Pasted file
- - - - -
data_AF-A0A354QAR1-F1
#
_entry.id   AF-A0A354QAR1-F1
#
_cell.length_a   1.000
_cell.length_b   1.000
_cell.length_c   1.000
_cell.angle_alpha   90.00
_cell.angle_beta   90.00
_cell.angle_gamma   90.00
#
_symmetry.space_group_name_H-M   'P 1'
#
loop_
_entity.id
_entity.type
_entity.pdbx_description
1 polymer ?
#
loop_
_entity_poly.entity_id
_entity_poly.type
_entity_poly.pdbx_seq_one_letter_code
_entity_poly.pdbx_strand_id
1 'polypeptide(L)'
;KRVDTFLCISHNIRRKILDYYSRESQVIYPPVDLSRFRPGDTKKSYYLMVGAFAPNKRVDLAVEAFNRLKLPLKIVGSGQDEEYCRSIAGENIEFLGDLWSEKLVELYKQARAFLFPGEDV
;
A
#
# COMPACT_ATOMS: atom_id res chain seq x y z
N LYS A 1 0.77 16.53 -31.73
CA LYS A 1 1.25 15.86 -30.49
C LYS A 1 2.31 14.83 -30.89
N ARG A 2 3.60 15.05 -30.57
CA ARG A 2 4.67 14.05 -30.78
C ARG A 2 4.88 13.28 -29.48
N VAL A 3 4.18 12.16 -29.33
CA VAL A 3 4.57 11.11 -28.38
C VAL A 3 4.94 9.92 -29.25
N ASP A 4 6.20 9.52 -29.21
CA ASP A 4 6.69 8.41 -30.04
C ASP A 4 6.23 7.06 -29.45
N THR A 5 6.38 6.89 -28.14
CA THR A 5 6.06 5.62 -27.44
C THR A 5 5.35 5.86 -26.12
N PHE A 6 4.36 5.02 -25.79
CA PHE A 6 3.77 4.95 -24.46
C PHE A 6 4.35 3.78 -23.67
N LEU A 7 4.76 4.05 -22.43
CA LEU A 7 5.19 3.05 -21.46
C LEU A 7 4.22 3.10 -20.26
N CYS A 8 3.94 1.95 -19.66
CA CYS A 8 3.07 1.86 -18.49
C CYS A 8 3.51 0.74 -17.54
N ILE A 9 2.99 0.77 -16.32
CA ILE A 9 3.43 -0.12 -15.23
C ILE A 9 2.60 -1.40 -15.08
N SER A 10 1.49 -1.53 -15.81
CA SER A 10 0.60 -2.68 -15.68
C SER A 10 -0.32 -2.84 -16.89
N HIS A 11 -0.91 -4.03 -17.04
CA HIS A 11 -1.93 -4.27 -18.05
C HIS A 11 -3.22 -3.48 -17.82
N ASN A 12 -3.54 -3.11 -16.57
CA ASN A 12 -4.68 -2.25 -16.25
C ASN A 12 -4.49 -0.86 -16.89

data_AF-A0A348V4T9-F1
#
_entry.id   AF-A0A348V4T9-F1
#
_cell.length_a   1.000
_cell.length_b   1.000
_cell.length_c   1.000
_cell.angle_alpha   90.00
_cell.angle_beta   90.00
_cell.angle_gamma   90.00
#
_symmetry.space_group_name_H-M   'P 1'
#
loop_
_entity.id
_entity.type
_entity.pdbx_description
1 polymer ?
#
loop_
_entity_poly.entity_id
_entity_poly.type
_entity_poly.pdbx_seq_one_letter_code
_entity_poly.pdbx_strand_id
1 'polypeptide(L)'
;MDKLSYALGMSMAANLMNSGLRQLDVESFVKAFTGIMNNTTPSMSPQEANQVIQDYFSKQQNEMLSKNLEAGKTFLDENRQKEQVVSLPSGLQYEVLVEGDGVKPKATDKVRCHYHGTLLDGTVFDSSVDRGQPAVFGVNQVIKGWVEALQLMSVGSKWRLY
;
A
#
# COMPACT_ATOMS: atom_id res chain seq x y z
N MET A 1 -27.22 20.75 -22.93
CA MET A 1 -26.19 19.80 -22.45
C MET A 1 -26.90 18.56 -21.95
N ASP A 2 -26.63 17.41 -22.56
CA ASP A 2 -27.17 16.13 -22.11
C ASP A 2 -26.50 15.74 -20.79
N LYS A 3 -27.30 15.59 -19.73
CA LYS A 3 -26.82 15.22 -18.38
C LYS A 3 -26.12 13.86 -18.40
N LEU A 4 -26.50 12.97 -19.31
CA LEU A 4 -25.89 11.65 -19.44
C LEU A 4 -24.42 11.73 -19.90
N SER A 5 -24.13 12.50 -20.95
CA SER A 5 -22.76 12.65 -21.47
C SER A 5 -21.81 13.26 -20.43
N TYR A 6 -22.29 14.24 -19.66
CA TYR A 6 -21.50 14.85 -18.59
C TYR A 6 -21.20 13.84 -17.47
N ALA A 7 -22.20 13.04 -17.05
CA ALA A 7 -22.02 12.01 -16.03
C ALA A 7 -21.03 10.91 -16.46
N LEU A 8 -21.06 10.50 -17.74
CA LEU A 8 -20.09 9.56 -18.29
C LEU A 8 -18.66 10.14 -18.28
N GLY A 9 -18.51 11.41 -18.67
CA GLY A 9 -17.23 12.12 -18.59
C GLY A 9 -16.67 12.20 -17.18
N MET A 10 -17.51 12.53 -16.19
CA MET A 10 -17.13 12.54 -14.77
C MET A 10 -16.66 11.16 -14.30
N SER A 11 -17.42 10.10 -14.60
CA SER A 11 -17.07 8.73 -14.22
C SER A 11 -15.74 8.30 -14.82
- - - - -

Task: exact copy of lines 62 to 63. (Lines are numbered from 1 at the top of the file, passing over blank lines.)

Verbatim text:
CA HIS A 11 -1.93 -4.27 -18.05
C HIS A 11 -3.22 -3.48 -17.82